Enrico hesitated; then agreed. They would pack their things and travel by train. He would help her shop. Three days later they left by train. The train ride was uneventful but bumpy and unsettling to Bettina.
They reached Palermo and went to a fine little hotel. They had a room on the 3rd floor with a balcony which had a fine view and permitted the sun to come in first thing in the morning. Enrico went to see his father’s clients early in the day and returned midday. He took her to shop for baby clothes and they stopped for lunch at a café. The next day, Enrico left early again, so Bettina decided to take a walk. She found a street with a number of shops, including one that had a perfumery and a large apothecary, where she spent several hours. She asked the chemist many questions and finally made several purchases.
Enrico had given her some money and she was very careful in the way she spent it. Enrico completed his business in 4 days so they decided to take a late afternoon train home after lunch. The sun was just setting. They had a compartment toward the back of the train that was several cars long and had a good number of passengers. At the back of each car was a railed standing platform. Bettina said she’d like to watch the world go by from outside the car. They shared a little cheese and bread. Bettina prepared a small bottle of wine and some water for the trip back. Enrico and she spoke of the shopping and the “citta” (city), as the train made its way back.
About a half hour on the way back home Enrico opened the corked wine bottle and drank from it. He drank again after eating a piece of “cicolla” bread. They spoke about the baby. Bettina then said she wanted to go out to the platform. Enrico, now feeling the effects of nearly a half bottle of wine, was reluctant but agreed. They went toward the rear of the car and opened the door and went out onto the platform. Enrico seemed to stumble and complained about his head aching. The train was at an area of flat straight track at the edge of a series of hills known as the “Sheep’s Back” (Pecora Spade). Enrico became a little dizzy. Bettina held his arm. Suddenly, he doubled over and began to shake violently. Bettina held tight to his arm as he vomited and shook. The train was nearing a slight bend. Enrico leaned over the metal railing. Bettina said she would get someone to help. His vision blurred and he felt a hand pushing at his back before blacking out.
Bettina ran through the train car yelling, “Aiuto me, Aiuto me!”(Help me, Help me!). She had gotten to the car behind the engine when the conductor appeared. “Che su chesa?” (What is it?), he said. “Mia marito e malato,” (My husband is sick) she cried in a hysterical voice.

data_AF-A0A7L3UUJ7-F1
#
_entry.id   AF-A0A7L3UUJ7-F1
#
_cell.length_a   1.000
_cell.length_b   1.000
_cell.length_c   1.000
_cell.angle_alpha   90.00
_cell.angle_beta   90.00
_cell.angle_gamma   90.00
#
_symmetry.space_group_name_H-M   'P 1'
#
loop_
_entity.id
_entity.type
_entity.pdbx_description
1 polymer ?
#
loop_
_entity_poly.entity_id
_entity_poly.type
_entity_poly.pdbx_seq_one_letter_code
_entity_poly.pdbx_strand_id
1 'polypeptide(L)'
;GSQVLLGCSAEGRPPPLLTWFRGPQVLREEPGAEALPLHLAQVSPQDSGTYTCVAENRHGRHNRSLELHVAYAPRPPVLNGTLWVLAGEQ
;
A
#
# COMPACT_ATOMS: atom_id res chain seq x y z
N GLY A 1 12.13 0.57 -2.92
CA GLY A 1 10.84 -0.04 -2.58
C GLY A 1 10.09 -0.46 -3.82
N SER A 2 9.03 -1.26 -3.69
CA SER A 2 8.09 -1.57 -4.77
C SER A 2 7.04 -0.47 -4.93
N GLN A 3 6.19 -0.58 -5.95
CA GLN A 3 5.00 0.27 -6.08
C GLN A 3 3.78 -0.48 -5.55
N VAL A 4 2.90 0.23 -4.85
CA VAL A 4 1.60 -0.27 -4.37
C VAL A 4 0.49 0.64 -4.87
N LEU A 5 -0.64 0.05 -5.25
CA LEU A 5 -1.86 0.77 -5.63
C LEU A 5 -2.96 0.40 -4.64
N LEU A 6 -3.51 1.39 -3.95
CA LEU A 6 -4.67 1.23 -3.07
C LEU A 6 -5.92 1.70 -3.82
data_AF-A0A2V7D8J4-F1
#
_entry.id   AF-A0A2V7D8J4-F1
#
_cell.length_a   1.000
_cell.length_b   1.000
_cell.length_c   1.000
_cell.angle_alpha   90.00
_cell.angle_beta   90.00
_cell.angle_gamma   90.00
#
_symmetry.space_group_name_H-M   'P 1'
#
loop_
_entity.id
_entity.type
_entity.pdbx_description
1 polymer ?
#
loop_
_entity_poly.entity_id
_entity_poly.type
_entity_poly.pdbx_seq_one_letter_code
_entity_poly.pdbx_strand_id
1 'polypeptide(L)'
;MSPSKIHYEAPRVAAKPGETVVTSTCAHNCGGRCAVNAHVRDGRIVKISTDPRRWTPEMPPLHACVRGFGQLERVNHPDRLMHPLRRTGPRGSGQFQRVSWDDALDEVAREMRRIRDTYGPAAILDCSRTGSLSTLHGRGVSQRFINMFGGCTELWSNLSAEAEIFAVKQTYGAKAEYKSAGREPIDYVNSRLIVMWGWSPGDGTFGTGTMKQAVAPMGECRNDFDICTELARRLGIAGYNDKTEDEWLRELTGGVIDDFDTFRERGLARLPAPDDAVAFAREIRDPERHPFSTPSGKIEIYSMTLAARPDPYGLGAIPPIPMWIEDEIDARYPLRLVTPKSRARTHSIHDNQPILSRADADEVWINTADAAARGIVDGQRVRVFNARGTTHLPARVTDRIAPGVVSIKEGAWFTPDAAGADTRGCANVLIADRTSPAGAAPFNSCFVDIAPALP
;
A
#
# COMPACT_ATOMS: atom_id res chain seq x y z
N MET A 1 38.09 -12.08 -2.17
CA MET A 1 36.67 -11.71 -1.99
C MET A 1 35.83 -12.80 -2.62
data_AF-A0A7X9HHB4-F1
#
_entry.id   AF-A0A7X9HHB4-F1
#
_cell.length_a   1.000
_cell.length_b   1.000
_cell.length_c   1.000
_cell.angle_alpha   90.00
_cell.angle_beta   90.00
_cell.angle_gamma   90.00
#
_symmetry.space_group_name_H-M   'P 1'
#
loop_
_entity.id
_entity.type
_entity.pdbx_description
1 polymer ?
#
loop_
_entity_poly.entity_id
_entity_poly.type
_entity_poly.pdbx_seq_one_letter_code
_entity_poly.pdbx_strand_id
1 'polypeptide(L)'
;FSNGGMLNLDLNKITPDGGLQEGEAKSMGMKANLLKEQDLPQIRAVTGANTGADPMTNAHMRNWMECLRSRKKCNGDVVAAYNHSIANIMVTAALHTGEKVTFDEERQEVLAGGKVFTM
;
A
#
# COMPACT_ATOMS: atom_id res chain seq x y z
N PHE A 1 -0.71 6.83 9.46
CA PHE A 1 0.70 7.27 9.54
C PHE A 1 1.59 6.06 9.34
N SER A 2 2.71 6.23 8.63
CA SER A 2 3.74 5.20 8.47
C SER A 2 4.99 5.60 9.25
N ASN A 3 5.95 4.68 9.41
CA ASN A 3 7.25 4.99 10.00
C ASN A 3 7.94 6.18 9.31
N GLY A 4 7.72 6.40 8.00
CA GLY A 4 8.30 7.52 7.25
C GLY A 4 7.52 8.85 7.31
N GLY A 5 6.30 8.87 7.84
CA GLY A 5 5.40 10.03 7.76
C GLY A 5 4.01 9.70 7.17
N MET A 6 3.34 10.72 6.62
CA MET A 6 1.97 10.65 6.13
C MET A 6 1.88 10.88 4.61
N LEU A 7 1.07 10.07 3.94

The conductor ran back to the compartment and stopped. “No, no, e al fuori.” (No, No, he’s outside.), she said. The conductor got to the half opened door and stepped out. The side of the platform nearest the gully was covered in a spray of vomit- a strange frothy vomit speckled with red gobs of blood and purple wine. Enrico was nowhere in sight. He ran back to the engineer and had him stop the train. It took over a half hour to organize a few groups of male passengers led by four conductors to walk back up the tracks. It was dusk but there was enough light to see along the track. After an hour one group who saw a spatter of vomit on one of the rocks near the rails ventured down the rocky gully with a group of men. Now kerosene lamps were signaling to find the others. When they found Enrico, his neck was twisted in a bizarre angle, obviously broken when he fell. His skull was split open and the grey of his brain was visible. There was no question he was dead. The men carried the body up the hill to the tracks and signaled the engineer to back up the train.
“Signora, me dispiace dire ma tu marito,.tu marito e morte.” (Signora, I am sorry to tell you but your husband….your husband is dead.), said the conductor. Bettina’s eyes widened and she put her hand over her mouth before slumping against the backside of the car at the very platform he had fallen from.
“Vene” (Come), said the conductor and he led her back to the compartment. “Lasciare me” (Leave me), she said and closed the door. Once the door closed she breathed a sigh of relief.
The body was wrapped in a few canvas mail bags and placed in the mail car. The train began to move again. Bettina sat quietly in the compartment. Her face was stoic; she was quiet. As the train rocked to and fro, she fell asleep. Perhaps it was more than the trip and the accident overwhelming her or even her pregnancy.
In a brief moment before she fell asleep, she made the sign of the cross and said “Allora, sono bene fatto.” (Now, it’s well done.) The train made its way to Corleone Station. When it stopped the conductor knocked on her door several times before she awoke.